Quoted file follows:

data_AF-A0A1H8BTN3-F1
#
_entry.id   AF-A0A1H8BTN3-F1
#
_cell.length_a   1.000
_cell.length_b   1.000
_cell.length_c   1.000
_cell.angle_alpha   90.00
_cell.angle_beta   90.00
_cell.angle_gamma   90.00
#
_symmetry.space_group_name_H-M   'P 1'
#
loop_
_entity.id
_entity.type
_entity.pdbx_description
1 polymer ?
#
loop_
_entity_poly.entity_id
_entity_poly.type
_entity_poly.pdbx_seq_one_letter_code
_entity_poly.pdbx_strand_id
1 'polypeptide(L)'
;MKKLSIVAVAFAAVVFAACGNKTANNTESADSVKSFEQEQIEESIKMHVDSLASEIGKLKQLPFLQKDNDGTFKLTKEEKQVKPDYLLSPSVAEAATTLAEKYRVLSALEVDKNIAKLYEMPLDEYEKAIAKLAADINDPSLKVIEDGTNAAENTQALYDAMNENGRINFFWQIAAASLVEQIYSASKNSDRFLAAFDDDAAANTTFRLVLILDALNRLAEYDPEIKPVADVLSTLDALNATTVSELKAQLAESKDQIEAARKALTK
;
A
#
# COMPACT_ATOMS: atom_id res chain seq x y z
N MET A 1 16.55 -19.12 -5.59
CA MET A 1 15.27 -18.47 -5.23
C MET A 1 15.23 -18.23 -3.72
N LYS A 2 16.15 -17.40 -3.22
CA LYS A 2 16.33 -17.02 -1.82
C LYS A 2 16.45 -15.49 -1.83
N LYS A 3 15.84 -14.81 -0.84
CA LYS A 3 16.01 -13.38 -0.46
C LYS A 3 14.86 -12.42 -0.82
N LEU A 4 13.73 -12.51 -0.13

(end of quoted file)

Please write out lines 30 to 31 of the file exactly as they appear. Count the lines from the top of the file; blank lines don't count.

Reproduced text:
# COMPACT_ATOMS: atom_id res chain seq x y z
N MET A 1 16.55 -19.12 -5.59